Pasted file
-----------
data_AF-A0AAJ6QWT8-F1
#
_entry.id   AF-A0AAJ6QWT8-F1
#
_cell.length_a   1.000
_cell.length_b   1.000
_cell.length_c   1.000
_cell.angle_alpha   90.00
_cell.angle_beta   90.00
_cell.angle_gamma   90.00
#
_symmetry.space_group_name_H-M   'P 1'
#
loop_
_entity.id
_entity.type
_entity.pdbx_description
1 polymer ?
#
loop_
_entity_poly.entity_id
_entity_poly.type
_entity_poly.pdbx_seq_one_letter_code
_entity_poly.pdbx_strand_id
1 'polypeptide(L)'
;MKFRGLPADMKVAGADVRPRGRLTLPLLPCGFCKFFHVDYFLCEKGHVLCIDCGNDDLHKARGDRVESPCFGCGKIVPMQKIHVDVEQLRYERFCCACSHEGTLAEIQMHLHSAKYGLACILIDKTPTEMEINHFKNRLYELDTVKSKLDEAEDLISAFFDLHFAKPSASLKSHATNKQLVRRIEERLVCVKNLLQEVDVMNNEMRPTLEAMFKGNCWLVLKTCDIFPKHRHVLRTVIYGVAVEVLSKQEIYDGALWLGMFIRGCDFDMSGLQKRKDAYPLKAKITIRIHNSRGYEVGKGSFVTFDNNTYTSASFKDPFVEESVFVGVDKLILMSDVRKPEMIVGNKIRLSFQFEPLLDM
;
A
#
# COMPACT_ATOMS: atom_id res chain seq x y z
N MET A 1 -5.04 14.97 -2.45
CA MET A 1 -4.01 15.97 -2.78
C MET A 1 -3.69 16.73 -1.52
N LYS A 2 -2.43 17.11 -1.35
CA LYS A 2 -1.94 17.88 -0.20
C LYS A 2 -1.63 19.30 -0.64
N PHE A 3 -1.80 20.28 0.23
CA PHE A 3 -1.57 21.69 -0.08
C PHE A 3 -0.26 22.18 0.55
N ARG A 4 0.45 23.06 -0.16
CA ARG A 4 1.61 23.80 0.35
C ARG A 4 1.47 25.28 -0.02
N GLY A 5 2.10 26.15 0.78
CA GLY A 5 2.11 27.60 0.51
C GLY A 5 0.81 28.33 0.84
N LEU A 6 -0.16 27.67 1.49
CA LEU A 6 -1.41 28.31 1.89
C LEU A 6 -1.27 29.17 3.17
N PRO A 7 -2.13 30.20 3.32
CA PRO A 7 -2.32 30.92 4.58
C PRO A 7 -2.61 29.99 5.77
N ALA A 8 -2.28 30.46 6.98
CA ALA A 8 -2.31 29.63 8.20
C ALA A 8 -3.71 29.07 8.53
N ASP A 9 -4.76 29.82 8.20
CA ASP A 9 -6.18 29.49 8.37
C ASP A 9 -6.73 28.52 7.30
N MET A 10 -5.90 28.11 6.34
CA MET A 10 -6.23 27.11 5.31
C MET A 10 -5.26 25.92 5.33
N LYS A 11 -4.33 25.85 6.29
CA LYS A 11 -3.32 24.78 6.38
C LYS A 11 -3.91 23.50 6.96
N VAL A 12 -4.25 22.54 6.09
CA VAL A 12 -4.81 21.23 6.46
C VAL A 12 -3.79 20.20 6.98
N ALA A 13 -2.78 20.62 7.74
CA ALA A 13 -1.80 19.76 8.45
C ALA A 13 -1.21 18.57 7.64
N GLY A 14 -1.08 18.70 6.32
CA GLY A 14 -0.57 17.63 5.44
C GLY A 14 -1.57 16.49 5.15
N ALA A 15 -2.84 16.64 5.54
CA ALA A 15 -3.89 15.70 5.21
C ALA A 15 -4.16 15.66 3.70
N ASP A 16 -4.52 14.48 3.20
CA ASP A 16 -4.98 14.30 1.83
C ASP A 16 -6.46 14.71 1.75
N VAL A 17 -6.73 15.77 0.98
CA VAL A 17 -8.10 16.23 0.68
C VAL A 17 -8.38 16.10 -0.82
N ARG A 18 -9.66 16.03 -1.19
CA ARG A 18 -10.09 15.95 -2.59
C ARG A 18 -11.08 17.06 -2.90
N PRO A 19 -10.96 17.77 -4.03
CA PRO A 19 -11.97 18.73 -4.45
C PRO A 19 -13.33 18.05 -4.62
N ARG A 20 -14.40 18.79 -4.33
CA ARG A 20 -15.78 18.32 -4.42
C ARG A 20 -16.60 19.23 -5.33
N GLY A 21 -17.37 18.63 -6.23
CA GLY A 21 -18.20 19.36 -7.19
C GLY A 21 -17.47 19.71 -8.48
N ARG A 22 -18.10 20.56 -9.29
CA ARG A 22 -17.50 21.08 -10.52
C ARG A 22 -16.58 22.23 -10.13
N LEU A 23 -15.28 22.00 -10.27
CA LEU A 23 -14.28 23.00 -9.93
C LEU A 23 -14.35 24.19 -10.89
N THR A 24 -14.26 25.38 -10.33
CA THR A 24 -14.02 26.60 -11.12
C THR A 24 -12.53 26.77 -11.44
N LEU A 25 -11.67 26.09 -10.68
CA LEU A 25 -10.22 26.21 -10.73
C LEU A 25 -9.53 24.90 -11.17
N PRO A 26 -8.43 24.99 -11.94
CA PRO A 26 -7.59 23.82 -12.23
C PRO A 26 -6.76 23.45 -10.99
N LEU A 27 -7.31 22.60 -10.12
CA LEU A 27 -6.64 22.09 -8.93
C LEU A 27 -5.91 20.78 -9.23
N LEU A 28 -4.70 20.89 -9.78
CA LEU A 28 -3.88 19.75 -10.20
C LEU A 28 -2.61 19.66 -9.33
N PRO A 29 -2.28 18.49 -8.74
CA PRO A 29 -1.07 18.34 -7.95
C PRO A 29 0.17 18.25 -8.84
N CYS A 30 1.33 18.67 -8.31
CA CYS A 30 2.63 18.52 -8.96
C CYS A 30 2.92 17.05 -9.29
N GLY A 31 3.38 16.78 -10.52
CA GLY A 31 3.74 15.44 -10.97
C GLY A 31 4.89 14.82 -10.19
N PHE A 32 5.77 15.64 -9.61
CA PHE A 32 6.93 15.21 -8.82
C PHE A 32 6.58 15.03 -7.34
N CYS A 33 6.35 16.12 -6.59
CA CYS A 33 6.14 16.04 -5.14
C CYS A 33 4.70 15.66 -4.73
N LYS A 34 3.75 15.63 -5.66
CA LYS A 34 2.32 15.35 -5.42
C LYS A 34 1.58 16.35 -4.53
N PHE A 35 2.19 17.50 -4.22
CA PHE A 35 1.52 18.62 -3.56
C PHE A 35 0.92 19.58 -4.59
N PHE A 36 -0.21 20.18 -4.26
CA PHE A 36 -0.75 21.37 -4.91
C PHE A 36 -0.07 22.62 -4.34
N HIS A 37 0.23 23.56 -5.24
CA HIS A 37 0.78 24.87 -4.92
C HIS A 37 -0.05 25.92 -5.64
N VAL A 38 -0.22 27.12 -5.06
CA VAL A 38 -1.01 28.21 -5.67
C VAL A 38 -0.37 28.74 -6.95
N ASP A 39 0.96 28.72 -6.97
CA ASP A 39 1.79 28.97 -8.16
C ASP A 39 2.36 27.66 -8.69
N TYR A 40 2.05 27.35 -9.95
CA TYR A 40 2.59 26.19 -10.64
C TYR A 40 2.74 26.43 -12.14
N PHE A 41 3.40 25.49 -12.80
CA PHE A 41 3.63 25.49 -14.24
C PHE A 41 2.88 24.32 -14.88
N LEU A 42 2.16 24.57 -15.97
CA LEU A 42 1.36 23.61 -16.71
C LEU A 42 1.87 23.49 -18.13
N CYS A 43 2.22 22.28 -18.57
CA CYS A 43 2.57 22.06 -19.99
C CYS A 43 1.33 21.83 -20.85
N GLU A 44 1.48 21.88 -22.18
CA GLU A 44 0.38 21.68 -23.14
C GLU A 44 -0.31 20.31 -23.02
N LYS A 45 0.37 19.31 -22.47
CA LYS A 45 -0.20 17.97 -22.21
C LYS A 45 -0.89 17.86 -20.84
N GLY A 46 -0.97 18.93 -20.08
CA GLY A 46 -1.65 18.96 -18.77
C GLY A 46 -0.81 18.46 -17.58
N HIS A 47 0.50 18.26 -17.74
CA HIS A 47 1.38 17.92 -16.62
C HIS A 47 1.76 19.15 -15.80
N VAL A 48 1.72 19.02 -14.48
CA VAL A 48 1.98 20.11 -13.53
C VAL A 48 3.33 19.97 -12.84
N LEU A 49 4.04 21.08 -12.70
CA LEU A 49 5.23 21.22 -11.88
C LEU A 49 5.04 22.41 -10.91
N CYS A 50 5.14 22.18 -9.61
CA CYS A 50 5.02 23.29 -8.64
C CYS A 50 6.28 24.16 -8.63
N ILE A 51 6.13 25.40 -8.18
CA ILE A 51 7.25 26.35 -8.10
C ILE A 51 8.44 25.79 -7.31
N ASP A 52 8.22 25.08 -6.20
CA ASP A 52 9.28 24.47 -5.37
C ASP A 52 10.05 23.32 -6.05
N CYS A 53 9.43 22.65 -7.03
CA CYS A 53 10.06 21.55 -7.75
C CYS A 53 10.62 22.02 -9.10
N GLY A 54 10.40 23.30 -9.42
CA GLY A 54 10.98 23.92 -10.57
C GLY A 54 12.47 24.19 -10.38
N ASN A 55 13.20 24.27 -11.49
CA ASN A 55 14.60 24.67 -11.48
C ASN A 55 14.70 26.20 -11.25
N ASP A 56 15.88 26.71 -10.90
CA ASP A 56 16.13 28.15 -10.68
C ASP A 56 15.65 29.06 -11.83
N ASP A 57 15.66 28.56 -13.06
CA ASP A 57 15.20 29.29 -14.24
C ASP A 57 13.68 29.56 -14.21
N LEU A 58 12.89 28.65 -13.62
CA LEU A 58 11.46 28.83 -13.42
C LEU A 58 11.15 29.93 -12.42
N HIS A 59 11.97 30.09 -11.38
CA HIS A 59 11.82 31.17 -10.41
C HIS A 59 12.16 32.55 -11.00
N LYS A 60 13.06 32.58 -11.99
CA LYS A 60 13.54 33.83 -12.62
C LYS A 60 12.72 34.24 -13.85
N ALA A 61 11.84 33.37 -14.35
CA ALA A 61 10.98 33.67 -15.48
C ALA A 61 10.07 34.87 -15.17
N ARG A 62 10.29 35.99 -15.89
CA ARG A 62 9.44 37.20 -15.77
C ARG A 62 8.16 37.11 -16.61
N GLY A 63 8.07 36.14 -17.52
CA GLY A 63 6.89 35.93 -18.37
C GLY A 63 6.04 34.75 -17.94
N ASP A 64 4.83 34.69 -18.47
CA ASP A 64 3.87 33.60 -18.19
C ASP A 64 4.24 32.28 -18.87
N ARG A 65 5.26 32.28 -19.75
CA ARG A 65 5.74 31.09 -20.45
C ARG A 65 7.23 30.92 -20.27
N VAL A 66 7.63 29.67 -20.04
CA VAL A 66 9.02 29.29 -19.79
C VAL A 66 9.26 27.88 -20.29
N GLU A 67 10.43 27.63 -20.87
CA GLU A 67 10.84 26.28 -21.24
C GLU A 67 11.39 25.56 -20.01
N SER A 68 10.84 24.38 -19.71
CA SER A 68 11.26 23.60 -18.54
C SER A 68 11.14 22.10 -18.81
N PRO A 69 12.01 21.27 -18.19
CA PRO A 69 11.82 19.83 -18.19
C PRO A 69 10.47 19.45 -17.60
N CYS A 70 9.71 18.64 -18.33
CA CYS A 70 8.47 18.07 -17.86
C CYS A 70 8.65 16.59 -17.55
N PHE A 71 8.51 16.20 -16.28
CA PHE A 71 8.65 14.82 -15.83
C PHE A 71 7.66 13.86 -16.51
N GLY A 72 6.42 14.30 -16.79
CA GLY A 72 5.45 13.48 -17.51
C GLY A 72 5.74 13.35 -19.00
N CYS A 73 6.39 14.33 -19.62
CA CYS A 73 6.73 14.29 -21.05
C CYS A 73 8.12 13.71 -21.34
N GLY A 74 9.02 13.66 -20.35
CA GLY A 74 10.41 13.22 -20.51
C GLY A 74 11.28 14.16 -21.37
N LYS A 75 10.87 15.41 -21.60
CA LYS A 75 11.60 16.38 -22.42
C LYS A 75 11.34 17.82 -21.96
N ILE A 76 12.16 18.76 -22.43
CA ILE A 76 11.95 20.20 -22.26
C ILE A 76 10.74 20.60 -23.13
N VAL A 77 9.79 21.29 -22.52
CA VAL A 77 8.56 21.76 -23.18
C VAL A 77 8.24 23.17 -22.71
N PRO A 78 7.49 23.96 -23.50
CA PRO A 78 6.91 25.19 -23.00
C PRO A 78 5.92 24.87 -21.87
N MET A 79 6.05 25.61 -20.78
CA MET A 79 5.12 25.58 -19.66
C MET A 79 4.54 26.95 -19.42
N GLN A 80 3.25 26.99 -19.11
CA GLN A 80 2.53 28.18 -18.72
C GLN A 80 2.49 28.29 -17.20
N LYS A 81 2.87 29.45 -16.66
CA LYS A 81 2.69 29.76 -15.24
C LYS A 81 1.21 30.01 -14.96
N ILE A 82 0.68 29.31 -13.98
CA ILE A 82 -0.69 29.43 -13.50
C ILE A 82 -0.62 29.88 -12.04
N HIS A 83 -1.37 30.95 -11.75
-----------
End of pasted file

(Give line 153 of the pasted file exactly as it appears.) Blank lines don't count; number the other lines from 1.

C PHE A 41 2.88 24.32 -14.88